What is it that leads a family to pull out all of their accummulated stuff, haul it out to the driveway or sidewalk, and spend a day of their lives trying to sell it all, for a buck and a half per item? What can possibly justify sitting there with all that your house has digested over the years, spewed out before the entire neighborhood?
The yard sale comes from some sort of spring- or fall-cleaning impulse. It has its own protocol, timing, and procedure. There’s a season for it, but God knows how we know that suddenly it’s yard sale season; we just know. Beginning at the end of August and then again sometime in May, the colored paper signs appear. It stops sometime at the end of June, and picks up in vacation spots like the Cape during July. There’s the little white price tags, the signs, the arrangement of things in an artful yet touchingly pathetic manner, the decision to include neighbors. There’s the naming of it: in some places, it’s called a yard sale, in others, a tag sale. Garage sale is also acceptable, but is not as attractive, because garages conjure up images of leaky oil on cement, garbage cans, and grass sticking to lawn mower blades: not stuff you want to buy, stuff you want to hide. The other day I saw a sign for a “sacrifice sale.” I scanned the driveway for clues (bloodied lambs, virgins) but saw nothing but an elderly couple and junk, which I suppose was a sacrifice for them to sell. Okay, then why do it?
Why do it, indeed? A yard sale takes a day of your life, lots of sweat and dirt and dust hauling crap out and at the end of it, what have you got to show for it? Fifty dollars? I always feel you should cart it all down to the Salvation Army. Or your local school fair. This probably comes from suffering through my parents’ yard sale when I was a teenager. Oh the humiliation!
But there’s something more to it than the money, I figure. For the seller (and the cellar) there’s the chance to get rid of it all, make a clean start with your basement, and hopefully see your good but no-longer-useful stuff go to someone who will love it the way you used to. How great it feels, for instance, to unload something, anything from Little Tykes on a new young family who is ecstatic to get it; and no more bright colored plastic for you. How cool when a non-working computer gets bought by an eager young kid who doesn’t care that it doesn’t work; and you get a little cash for it. How nice for a neighbor to bestow a set of barely-used silverplate trays on a young couple down the street, whom she just knows will use it.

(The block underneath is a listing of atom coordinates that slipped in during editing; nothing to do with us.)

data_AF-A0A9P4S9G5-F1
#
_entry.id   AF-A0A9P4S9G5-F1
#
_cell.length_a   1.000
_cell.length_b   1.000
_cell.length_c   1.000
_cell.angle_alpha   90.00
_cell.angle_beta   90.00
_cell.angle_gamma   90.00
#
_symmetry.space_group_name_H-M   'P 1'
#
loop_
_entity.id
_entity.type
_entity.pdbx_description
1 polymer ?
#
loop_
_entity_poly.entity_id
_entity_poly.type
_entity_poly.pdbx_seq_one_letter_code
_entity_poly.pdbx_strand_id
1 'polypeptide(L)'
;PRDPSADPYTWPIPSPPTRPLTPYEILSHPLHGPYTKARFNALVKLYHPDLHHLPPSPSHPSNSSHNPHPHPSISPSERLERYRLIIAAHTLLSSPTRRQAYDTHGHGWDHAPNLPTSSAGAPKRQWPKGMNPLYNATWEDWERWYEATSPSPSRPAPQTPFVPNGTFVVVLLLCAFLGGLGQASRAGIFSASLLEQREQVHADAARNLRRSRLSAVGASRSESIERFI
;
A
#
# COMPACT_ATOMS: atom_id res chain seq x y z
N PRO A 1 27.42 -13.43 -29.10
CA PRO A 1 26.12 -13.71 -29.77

The yard sale must give people the satisfying sense of passing their treasures on, almost like the reading of a will to loved ones. The seller knows that somewhere, his stuff continues to exist, but in a new form. His life’s choices are somehow justified with a successful sale of his things to eager neighbors. And there’s the feeling of a shared culture, where things just keep going around and around, changing hands, one man’s garbage is another man’s treasure. When you see something you’re going to buy at a yard sale, it’s very exciting. When you bargain and then get it, you feel clever, like you’ve made the deal of the century. The seller is happy to get rid of it, because he was going to chuck it at the end of the day anyway. Everyone wins. It’s very mundane, full of low expectation, yet tremendously satisfying for both parties. There’s not that many things you can stumble upon on a Saturday afternoon that you can say that about. Makes me kind of wish I’d stopped off at the Sacrifice Sale.
Copyright 2002, Susan Senator